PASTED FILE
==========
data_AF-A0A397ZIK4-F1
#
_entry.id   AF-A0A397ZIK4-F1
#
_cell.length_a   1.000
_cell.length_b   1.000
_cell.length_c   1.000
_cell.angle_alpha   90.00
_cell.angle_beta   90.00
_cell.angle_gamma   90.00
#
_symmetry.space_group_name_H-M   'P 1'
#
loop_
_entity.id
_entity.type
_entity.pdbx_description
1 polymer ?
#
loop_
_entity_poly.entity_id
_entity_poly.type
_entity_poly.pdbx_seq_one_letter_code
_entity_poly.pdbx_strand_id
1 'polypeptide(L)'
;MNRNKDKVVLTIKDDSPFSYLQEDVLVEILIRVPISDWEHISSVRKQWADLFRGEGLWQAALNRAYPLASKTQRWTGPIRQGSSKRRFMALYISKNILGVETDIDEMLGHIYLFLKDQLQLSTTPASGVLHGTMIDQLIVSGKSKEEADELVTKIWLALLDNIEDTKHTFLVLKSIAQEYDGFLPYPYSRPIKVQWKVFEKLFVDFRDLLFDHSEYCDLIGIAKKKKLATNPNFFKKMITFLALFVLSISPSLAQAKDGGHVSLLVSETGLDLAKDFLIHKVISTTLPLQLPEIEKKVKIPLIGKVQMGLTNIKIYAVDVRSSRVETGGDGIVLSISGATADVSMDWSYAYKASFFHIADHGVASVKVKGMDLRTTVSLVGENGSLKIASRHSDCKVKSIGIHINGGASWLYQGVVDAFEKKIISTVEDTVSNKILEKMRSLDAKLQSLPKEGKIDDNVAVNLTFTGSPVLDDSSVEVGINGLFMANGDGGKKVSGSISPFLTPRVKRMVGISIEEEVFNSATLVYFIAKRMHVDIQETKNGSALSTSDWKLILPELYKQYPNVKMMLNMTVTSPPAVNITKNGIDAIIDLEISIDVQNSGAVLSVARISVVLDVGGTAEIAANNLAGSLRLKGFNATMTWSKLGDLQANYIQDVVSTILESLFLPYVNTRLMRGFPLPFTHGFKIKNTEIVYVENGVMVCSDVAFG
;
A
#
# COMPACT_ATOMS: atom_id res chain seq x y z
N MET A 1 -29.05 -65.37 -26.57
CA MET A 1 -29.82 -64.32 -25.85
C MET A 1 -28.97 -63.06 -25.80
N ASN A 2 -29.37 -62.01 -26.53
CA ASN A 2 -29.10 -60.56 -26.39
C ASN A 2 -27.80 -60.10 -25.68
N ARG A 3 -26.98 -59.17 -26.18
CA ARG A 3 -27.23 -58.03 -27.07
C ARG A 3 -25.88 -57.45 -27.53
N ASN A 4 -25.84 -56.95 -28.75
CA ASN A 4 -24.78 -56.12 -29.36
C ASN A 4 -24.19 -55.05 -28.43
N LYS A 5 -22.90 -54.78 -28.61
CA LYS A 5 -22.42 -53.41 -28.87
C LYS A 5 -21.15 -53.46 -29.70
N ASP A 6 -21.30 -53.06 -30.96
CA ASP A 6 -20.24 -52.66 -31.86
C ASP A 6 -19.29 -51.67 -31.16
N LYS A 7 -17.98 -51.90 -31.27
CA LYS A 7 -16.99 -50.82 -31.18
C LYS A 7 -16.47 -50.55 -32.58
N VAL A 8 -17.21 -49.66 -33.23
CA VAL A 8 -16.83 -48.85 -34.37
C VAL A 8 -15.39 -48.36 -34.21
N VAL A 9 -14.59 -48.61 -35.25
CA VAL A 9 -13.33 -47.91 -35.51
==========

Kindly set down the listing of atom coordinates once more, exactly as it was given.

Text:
data_AF-A0A397ZIK4-F1
#
_entry.id   AF-A0A397ZIK4-F1
#
_cell.length_a   1.000
_cell.length_b   1.000
_cell.length_c   1.000
_cell.angle_alpha   90.00
_cell.angle_beta   90.00
_cell.angle_gamma   90.00
#
_symmetry.space_group_name_H-M   'P 1'
#
loop_
_entity.id
_entity.type
_entity.pdbx_description
1 polymer ?
#
loop_
_entity_poly.entity_id
_entity_poly.type
_entity_poly.pdbx_seq_one_letter_code
_entity_poly.pdbx_strand_id
1 'polypeptide(L)'
;MNRNKDKVVLTIKDDSPFSYLQEDVLVEILIRVPISDWEHISSVRKQWADLFRGEGLWQAALNRAYPLASKTQRWTGPIRQGSSKRRFMALYISKNILGVETDIDEMLGHIYLFLKDQLQLSTTPASGVLHGTMIDQLIVSGKSKEEADELVTKIWLALLDNIEDTKHTFLVLKSIAQEYDGFLPYPYSRPIKVQWKVFEKLFVDFRDLLFDHSEYCDLIGIAKKKKLATNPNFFKKMITFLALFVLSISPSLAQAKDGGHVSLLVSETGLDLAKDFLIHKVISTTLPLQLPEIEKKVKIPLIGKVQMGLTNIKIYAVDVRSSRVETGGDGIVLSISGATADVSMDWSYAYKASFFHIADHGVASVKVKGMDLRTTVSLVGENGSLKIASRHSDCKVKSIGIHINGGASWLYQGVVDAFEKKIISTVEDTVSNKILEKMRSLDAKLQSLPKEGKIDDNVAVNLTFTGSPVLDDSSVEVGINGLFMANGDGGKKVSGSISPFLTPRVKRMVGISIEEEVFNSATLVYFIAKRMHVDIQETKNGSALSTSDWKLILPELYKQYPNVKMMLNMTVTSPPAVNITKNGIDAIIDLEISIDVQNSGAVLSVARISVVLDVGGTAEIAANNLAGSLRLKGFNATMTWSKLGDLQANYIQDVVSTILESLFLPYVNTRLMRGFPLPFTHGFKIKNTEIVYVENGVMVCSDVAFG
;
A
#
# COMPACT_ATOMS: atom_id res chain seq x y z
N MET A 1 -29.05 -65.37 -26.57
CA MET A 1 -29.82 -64.32 -25.85
C MET A 1 -28.97 -63.06 -25.80
N ASN A 2 -29.37 -62.01 -26.53
CA ASN A 2 -29.10 -60.56 -26.39
C ASN A 2 -27.80 -60.10 -25.68
N ARG A 3 -26.98 -59.17 -26.18
CA ARG A 3 -27.23 -58.03 -27.07
C ARG A 3 -25.88 -57.45 -27.53
N ASN A 4 -25.84 -56.95 -28.75
CA ASN A 4 -24.78 -56.12 -29.36
C ASN A 4 -24.19 -55.05 -28.43
N LYS A 5 -22.90 -54.78 -28.61
CA LYS A 5 -22.42 -53.41 -28.87
C LYS A 5 -21.15 -53.46 -29.70
N ASP A 6 -21.30 -53.06 -30.96
CA ASP A 6 -20.24 -52.66 -31.86
C ASP A 6 -19.29 -51.67 -31.16
N LYS A 7 -17.98 -51.90 -31.27
CA LYS A 7 -16.99 -50.82 -31.18
C LYS A 7 -16.47 -50.55 -32.58
N VAL A 8 -17.21 -49.66 -33.23
CA VAL A 8 -16.83 -48.85 -34.37
C VAL A 8 -15.39 -48.36 -34.21
N VAL A 9 -14.59 -48.61 -35.25
CA VAL A 9 -13.33 -47.91 -35.51